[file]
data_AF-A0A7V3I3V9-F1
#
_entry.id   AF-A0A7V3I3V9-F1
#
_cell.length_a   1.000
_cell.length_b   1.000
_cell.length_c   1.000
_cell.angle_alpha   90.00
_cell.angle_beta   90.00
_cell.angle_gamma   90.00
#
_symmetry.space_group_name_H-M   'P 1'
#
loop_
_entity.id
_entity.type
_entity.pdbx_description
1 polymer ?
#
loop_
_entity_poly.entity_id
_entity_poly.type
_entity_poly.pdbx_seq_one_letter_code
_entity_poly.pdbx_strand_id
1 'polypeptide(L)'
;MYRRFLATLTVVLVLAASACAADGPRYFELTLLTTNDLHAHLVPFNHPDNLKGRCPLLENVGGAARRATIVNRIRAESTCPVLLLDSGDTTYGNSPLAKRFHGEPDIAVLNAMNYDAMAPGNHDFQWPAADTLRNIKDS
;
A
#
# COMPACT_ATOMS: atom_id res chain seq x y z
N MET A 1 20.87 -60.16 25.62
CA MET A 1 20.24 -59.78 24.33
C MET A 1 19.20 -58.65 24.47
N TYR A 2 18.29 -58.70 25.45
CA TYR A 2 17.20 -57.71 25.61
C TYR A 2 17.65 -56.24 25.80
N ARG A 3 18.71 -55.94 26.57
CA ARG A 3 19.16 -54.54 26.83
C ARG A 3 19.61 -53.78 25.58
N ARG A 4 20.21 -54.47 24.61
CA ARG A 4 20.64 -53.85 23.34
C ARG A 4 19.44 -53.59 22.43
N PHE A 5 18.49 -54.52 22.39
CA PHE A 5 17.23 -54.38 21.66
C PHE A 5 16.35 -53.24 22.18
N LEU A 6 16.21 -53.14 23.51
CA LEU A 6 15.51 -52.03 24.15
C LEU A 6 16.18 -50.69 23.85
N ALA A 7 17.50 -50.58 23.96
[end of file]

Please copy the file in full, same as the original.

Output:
data_AF-A0A7V3I3V9-F1
#
_entry.id   AF-A0A7V3I3V9-F1
#
_cell.length_a   1.000
_cell.length_b   1.000
_cell.length_c   1.000
_cell.angle_alpha   90.00
_cell.angle_beta   90.00
_cell.angle_gamma   90.00
#
_symmetry.space_group_name_H-M   'P 1'
#
loop_
_entity.id
_entity.type
_entity.pdbx_description
1 polymer ?
#
loop_
_entity_poly.entity_id
_entity_poly.type
_entity_poly.pdbx_seq_one_letter_code
_entity_poly.pdbx_strand_id
1 'polypeptide(L)'
;MYRRFLATLTVVLVLAASACAADGPRYFELTLLTTNDLHAHLVPFNHPDNLKGRCPLLENVGGAARRATIVNRIRAESTCPVLLLDSGDTTYGNSPLAKRFHGEPDIAVLNAMNYDAMAPGNHDFQWPAADTLRNIKDS
;
A
#
# COMPACT_ATOMS: atom_id res chain seq x y z
N MET A 1 20.87 -60.16 25.62
CA MET A 1 20.24 -59.78 24.33
C MET A 1 19.20 -58.65 24.47
N TYR A 2 18.29 -58.70 25.45
CA TYR A 2 17.20 -57.71 25.61
C TYR A 2 17.65 -56.24 25.80
N ARG A 3 18.71 -55.94 26.57
CA ARG A 3 19.16 -54.54 26.83
C ARG A 3 19.61 -53.78 25.58
N ARG A 4 20.21 -54.47 24.61
CA ARG A 4 20.64 -53.85 23.34
C ARG A 4 19.44 -53.59 22.43
N PHE A 5 18.49 -54.52 22.39
CA PHE A 5 17.23 -54.38 21.66
C PHE A 5 16.35 -53.24 22.18
N LEU A 6 16.21 -53.14 23.51
CA LEU A 6 15.51 -52.03 24.15
C LEU A 6 16.18 -50.69 23.85
N ALA A 7 17.50 -50.58 23.96